Home > News > News > CT Mirror Op Ed: Why CT Must Embrace Nature-Based Solutions


River with fall trees starting to change color in the background

By Robert LaFrance, Denise Savageau, Amy Blaymore Paterson and Alicea Charamut

We stand at a critical juncture where the interconnected crises of climate change and biodiversity loss demand immediate and urgent attention.

Scientific evidence unequivocally demonstrates that the changing climate wreaks havoc on habitats and ecosystems, while the erosion of biodiversity further amplifies the impacts of climate change. We cannot address one crisis without confronting the other.

Intact natural systems — our soils, forests, wetlands, watercourses, and diverse ecosystems that Connecticut is so fortunate to have in abundance — offer nature’s solutions to mitigate and adapt to climate change. Nature itself is a formidable ally in the fight against climate change. Natural systems not only sequester and store carbon, but they also provide essential ecosystem services such as nutritious food, clean water, clean air, flood control, and drought resilience. However, their efficacy relies on their richness as both a carbon pool and for species diversity.

Protecting biodiversity encompasses safeguarding a plethora of life forms, from soil microbes and pollinators to myriad plant and animal species. These organisms are the backbone of our natural systems, ensuring their resilience and our ability to adapt to a changing climate.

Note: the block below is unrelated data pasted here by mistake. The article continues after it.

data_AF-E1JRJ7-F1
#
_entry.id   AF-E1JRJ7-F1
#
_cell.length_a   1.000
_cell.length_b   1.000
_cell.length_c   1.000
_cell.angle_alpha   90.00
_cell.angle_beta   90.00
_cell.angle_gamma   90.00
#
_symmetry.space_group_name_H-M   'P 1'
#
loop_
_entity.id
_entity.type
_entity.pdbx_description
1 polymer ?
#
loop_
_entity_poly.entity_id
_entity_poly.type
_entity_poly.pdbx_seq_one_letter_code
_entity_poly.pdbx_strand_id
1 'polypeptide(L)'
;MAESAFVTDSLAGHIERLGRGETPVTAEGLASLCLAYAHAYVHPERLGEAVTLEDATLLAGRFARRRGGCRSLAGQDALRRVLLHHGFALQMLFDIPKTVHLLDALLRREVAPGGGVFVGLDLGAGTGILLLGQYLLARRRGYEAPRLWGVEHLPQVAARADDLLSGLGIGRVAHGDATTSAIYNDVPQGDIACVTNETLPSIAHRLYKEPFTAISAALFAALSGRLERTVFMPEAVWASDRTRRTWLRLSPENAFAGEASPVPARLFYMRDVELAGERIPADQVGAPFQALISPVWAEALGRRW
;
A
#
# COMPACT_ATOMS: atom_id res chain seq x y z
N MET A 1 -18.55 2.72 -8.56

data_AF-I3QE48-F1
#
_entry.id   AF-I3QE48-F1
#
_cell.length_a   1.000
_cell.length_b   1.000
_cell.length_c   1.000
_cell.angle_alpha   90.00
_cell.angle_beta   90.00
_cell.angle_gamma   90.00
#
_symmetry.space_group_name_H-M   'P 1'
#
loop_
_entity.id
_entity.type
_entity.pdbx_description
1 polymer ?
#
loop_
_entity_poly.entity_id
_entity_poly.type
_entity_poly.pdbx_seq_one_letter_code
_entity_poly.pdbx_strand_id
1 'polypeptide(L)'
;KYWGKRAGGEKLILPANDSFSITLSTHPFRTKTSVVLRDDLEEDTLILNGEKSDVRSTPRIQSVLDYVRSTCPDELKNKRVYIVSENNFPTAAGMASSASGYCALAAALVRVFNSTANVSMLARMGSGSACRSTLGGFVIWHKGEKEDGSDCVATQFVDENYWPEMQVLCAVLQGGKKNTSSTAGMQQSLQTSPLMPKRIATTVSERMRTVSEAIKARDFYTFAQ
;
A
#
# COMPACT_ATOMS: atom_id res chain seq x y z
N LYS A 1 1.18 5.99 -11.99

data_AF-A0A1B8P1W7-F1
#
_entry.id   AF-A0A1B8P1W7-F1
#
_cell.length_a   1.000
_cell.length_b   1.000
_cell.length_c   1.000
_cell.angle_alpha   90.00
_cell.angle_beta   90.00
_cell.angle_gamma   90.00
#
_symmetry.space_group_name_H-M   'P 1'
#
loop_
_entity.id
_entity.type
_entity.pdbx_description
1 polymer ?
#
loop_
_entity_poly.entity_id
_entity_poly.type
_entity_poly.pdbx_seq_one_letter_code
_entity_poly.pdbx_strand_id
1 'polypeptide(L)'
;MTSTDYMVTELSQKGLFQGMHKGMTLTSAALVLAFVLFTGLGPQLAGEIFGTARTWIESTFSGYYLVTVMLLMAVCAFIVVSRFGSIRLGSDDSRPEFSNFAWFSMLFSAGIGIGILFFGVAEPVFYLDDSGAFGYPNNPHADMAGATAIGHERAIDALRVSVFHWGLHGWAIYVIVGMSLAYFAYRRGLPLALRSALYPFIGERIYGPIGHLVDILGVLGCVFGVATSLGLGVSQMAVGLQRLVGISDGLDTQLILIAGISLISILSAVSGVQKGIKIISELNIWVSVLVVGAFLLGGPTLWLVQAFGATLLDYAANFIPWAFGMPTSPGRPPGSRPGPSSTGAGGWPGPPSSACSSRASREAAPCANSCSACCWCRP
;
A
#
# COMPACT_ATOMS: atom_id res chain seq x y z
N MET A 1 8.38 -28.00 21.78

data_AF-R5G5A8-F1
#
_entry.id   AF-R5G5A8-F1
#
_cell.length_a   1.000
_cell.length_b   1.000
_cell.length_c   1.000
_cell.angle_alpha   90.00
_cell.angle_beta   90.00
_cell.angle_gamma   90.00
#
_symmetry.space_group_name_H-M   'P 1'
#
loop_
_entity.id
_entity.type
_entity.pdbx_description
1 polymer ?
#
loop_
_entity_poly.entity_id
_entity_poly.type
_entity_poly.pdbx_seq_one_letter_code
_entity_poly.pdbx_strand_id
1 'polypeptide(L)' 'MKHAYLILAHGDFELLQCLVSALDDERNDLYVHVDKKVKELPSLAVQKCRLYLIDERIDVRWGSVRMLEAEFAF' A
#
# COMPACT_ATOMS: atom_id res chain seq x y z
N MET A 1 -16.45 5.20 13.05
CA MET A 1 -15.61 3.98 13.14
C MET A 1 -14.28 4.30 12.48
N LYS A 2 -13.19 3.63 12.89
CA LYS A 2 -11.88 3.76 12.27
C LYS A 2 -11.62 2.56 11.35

The science is clear — Natural Climate Solutions (NCS) can provide over one-third of the cost-effective climate mitigation needed by 2030 to stabilize warming below 2°C. Alongside aggressive reductions in fossil fuel emissions, NCS offer Connecticut a powerful arsenal of strategies for fulfilling its obligations under the Global Warming Solutions Act while simultaneously enhancing soil productivity, improving air and water quality, and safeguarding biodiversity.

We must protect nature and biodiversity to ensure our well-being, sustain our communities, and strengthen our economy.

In light of these compelling arguments, we strongly support House Bill No. 5004 and Senate Bill No. 11, which include provisions elevating nature-based solutions and promoting a larger “Nature for a Resilient Connecticut” policy. These bills are a major step forward in advancing our vision of harnessing nature’s inherent power to protect biodiversity and fortify our state against the ravages of climate change.

In our various capacities within the Governor’s Council on Climate Change (GC3) and other influential statewide boards and councils, our organizations have relentlessly championed the integration of nature-based solutions into our state’s climate policies. Now, in solidarity with advocates across the state and the growing number of legislators who have co-sponsored these bills, we implore lawmakers to seize this opportunity to champion nature-based solutions as part of a strategic and comprehensive statewide policy for a more resilient and sustainable future for all. The time for action is now.

Robert LaFrance is Policy Director, Audubon Connecticut; Denise Savageau is President, CT Association of Conservation Districts; Amy Blaymore Paterson is Executive Director, CT Land Conservation Council; and Alicea Charamut is Executive Director, Rivers Alliance of CT.

Photo Credit: Rivers Alliance of CT